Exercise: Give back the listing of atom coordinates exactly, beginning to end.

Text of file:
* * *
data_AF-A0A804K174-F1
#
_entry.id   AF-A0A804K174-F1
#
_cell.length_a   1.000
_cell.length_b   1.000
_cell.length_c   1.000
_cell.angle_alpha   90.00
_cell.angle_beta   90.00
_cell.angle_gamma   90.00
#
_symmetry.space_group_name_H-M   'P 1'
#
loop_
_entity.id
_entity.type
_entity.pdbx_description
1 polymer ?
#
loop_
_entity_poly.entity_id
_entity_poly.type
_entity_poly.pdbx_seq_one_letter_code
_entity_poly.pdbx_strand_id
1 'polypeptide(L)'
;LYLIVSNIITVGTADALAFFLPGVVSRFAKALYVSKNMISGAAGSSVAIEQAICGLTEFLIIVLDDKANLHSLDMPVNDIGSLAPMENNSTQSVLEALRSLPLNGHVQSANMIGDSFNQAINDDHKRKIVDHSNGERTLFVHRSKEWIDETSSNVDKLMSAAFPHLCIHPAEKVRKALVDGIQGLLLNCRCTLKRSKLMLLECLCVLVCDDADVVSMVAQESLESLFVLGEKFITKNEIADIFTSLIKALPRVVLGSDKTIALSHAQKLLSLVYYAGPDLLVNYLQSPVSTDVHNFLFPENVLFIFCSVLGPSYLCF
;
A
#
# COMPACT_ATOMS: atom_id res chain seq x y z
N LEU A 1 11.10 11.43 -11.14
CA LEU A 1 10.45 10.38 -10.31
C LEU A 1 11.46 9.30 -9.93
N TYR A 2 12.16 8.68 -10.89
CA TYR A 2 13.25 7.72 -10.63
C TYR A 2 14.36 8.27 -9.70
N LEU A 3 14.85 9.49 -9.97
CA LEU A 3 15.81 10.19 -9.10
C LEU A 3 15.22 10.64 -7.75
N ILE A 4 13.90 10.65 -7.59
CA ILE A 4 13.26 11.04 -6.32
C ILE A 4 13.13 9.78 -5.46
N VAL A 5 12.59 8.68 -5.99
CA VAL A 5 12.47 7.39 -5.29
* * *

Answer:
data_AF-A0A804K174-F1
#
_entry.id   AF-A0A804K174-F1
#
_cell.length_a   1.000
_cell.length_b   1.000
_cell.length_c   1.000
_cell.angle_alpha   90.00
_cell.angle_beta   90.00
_cell.angle_gamma   90.00
#
_symmetry.space_group_name_H-M   'P 1'
#
loop_
_entity.id
_entity.type
_entity.pdbx_description
1 polymer ?
#
loop_
_entity_poly.entity_id
_entity_poly.type
_entity_poly.pdbx_seq_one_letter_code
_entity_poly.pdbx_strand_id
1 'polypeptide(L)'
;LYLIVSNIITVGTADALAFFLPGVVSRFAKALYVSKNMISGAAGSSVAIEQAICGLTEFLIIVLDDKANLHSLDMPVNDIGSLAPMENNSTQSVLEALRSLPLNGHVQSANMIGDSFNQAINDDHKRKIVDHSNGERTLFVHRSKEWIDETSSNVDKLMSAAFPHLCIHPAEKVRKALVDGIQGLLLNCRCTLKRSKLMLLECLCVLVCDDADVVSMVAQESLESLFVLGEKFITKNEIADIFTSLIKALPRVVLGSDKTIALSHAQKLLSLVYYAGPDLLVNYLQSPVSTDVHNFLFPENVLFIFCSVLGPSYLCF
;
A
#
# COMPACT_ATOMS: atom_id res chain seq x y z
N LEU A 1 11.10 11.43 -11.14
CA LEU A 1 10.45 10.38 -10.31
C LEU A 1 11.46 9.30 -9.93
N TYR A 2 12.16 8.68 -10.89
CA TYR A 2 13.25 7.72 -10.63
C TYR A 2 14.36 8.27 -9.70
N LEU A 3 14.85 9.49 -9.97
CA LEU A 3 15.81 10.19 -9.10
C LEU A 3 15.22 10.64 -7.75
N ILE A 4 13.90 10.65 -7.59
CA ILE A 4 13.26 11.04 -6.32
C ILE A 4 13.13 9.78 -5.46
N VAL A 5 12.59 8.68 -5.99
CA VAL A 5 12.47 7.39 -5.29